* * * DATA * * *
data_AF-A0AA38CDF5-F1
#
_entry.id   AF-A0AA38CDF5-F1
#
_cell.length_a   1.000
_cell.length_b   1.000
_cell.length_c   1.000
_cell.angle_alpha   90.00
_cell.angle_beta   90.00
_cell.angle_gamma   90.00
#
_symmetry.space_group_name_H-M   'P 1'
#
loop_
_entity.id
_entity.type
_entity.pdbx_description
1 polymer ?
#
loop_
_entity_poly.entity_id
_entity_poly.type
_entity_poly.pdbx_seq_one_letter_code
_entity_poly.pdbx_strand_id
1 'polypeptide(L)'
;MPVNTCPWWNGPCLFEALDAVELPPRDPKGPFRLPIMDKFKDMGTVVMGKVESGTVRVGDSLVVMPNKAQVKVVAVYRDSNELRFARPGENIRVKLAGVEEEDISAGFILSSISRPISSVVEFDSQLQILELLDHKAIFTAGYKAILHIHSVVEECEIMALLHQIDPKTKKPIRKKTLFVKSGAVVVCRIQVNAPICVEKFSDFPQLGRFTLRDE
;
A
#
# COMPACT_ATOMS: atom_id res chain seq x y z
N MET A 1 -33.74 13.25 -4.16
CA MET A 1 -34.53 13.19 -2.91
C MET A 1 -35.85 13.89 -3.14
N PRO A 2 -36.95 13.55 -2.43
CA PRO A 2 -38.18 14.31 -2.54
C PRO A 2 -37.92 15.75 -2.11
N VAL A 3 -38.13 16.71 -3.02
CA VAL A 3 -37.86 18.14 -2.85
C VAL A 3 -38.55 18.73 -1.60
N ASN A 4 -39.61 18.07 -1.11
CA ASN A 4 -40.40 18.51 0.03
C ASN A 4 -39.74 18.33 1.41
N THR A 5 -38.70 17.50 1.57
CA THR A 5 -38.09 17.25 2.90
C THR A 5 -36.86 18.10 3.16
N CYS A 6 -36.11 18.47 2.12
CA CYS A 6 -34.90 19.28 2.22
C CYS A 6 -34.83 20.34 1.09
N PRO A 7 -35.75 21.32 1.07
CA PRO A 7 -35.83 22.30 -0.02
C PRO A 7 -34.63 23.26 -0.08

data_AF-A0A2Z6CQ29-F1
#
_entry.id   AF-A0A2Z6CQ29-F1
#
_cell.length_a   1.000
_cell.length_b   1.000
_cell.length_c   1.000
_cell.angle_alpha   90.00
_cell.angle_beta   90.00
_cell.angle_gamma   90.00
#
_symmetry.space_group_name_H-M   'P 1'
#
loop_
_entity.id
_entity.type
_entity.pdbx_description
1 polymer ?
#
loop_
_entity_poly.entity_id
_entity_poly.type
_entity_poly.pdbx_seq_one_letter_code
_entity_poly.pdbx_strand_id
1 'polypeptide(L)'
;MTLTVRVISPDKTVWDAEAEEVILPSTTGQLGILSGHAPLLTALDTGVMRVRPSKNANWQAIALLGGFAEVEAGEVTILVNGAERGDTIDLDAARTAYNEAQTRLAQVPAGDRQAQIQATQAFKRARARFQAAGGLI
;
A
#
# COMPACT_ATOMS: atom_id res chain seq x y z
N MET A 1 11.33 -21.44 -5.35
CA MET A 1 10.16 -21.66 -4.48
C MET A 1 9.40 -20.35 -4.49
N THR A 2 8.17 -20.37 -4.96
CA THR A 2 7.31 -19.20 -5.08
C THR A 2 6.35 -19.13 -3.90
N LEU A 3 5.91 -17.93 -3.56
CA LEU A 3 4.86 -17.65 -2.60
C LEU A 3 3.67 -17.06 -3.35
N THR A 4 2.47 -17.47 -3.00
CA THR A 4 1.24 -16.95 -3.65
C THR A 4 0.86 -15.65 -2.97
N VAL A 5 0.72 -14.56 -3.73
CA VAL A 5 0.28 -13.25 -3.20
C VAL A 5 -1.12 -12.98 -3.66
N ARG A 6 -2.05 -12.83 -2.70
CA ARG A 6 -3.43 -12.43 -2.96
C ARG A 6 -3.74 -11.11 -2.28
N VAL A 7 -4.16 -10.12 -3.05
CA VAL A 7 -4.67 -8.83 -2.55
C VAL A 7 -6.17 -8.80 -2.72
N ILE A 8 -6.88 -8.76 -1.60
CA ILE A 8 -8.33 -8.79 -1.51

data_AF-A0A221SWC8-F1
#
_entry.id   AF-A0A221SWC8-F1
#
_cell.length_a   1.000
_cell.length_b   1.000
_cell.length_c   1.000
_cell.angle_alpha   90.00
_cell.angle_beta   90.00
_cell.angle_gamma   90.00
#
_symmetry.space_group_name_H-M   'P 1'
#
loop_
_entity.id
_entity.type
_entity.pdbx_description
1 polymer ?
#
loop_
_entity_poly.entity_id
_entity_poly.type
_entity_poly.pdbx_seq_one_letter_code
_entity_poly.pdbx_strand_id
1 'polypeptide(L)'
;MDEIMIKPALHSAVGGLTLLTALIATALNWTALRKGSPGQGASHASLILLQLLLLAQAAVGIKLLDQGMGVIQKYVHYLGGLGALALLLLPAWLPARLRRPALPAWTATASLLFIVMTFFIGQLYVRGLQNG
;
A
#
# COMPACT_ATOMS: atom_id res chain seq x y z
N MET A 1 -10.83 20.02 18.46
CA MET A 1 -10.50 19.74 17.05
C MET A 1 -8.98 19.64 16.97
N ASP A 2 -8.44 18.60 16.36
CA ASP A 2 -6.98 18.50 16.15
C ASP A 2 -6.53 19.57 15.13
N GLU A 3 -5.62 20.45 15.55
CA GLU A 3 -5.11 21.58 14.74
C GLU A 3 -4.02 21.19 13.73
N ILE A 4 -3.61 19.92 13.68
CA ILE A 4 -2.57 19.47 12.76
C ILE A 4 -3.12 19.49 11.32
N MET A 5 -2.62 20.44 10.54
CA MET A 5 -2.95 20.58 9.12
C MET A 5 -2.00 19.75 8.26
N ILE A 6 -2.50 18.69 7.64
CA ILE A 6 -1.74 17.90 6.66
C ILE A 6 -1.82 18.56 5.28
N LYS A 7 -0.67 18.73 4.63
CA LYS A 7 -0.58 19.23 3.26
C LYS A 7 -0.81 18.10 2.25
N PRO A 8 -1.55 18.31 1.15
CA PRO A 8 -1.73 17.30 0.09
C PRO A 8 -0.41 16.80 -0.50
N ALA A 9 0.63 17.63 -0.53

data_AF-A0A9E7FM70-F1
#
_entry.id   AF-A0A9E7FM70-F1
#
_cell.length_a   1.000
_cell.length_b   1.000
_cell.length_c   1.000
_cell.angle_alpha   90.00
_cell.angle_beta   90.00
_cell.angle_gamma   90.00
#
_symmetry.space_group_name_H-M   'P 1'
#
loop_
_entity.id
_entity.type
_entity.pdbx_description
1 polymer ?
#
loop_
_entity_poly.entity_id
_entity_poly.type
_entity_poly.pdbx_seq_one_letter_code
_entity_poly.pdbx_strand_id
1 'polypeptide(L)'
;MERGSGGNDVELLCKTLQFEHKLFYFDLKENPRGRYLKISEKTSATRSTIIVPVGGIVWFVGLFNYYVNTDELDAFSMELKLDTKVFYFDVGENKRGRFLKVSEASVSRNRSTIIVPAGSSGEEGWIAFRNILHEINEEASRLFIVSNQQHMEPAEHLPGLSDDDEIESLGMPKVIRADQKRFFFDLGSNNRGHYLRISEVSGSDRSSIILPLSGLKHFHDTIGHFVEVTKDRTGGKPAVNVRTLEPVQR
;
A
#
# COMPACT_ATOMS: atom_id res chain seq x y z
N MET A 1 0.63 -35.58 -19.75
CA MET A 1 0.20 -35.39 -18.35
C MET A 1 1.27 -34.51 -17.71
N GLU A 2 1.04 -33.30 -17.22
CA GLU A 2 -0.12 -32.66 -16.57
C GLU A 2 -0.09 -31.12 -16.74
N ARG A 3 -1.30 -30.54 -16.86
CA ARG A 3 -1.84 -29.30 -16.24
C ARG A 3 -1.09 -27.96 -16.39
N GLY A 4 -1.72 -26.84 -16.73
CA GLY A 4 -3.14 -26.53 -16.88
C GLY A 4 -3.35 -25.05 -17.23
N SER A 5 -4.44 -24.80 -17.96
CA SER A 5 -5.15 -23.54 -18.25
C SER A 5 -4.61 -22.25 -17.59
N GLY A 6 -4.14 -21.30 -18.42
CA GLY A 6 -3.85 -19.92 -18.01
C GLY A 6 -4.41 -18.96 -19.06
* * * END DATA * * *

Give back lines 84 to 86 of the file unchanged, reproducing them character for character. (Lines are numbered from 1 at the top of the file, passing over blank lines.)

C MET A 1 9.40 -20.35 -4.49
N THR A 2 8.17 -20.37 -4.96
CA THR A 2 7.31 -19.20 -5.08